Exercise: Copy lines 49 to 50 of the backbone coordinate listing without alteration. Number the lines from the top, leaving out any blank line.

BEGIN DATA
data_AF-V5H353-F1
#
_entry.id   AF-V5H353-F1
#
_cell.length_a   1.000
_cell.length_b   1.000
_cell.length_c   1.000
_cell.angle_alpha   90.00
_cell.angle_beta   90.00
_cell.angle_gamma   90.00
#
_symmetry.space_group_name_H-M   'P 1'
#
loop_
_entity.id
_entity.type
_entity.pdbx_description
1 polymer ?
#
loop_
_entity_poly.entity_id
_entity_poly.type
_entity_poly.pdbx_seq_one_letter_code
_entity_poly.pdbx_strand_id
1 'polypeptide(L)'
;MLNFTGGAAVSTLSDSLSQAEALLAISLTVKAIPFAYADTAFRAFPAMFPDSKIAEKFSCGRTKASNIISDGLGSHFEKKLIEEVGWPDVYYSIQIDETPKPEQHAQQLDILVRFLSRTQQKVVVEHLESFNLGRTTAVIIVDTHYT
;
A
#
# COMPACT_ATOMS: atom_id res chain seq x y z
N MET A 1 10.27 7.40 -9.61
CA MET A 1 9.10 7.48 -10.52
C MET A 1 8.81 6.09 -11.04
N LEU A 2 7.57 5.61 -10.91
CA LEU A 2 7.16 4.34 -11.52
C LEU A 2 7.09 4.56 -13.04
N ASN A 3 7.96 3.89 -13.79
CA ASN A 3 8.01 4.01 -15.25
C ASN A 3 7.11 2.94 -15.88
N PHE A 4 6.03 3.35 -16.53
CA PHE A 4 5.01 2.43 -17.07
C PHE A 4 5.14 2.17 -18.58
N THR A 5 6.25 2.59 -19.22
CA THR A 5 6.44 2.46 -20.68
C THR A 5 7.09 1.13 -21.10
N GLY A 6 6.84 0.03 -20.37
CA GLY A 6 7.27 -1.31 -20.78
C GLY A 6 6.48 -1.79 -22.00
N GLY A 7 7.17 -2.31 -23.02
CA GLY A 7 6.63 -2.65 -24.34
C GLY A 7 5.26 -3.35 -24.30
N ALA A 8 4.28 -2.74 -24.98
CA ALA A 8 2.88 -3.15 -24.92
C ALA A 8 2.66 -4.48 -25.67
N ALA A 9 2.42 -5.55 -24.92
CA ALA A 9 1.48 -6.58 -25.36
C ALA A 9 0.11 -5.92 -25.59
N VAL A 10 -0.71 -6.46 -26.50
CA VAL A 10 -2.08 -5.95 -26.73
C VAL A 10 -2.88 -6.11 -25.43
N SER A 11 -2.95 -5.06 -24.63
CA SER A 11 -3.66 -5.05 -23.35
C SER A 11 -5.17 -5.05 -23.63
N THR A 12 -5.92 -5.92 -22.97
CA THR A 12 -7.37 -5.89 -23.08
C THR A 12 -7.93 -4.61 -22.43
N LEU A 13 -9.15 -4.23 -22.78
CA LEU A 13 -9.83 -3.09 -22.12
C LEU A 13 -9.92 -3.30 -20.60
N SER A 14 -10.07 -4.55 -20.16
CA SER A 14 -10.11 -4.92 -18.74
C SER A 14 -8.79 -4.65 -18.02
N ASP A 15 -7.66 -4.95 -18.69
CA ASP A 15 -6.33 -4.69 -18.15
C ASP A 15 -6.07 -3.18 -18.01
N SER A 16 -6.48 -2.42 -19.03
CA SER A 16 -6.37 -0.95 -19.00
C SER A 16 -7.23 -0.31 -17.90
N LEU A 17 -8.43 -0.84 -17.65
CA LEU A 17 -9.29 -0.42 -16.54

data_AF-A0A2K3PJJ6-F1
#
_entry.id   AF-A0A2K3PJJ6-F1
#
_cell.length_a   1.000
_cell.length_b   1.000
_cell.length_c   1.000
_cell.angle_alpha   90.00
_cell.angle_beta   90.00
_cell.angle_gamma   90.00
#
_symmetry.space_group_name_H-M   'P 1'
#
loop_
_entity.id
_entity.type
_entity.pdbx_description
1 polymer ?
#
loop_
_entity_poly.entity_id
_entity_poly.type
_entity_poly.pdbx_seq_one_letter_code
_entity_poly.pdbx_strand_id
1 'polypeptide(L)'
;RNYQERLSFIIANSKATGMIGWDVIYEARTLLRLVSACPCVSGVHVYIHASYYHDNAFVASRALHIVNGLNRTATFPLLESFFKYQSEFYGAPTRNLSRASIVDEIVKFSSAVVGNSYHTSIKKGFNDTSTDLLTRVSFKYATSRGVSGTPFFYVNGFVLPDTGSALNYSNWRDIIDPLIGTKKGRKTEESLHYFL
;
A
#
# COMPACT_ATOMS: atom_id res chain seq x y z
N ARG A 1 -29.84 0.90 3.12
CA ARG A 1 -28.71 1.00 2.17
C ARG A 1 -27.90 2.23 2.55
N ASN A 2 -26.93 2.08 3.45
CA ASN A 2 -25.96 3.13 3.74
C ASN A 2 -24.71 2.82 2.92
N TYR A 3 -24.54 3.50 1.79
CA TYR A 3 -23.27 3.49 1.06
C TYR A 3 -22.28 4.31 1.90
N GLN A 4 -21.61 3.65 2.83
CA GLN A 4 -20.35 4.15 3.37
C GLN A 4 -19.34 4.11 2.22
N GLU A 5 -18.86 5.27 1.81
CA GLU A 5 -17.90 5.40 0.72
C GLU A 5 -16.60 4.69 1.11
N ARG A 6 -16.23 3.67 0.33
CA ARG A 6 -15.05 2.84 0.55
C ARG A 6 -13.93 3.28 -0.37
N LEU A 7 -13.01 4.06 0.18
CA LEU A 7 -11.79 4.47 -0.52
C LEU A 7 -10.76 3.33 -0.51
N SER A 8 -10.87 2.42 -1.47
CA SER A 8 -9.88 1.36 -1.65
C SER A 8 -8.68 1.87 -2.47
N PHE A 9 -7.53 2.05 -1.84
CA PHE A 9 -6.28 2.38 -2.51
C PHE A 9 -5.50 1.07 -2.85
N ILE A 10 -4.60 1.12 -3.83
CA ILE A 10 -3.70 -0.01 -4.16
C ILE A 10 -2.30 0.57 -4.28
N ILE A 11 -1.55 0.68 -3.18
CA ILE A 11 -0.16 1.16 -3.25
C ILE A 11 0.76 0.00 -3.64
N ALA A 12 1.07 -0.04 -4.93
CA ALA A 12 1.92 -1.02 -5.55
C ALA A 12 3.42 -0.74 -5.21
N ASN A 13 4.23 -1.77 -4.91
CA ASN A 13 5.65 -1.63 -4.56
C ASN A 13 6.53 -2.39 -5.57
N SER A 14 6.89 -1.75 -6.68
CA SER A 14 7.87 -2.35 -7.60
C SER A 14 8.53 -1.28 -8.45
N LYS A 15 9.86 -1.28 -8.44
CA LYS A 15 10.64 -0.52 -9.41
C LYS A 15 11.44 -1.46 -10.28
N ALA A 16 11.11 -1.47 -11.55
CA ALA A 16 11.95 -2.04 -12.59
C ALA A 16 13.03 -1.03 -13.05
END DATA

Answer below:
N GLY A 7 7.17 -2.31 -23.02
CA GLY A 7 6.63 -2.65 -24.34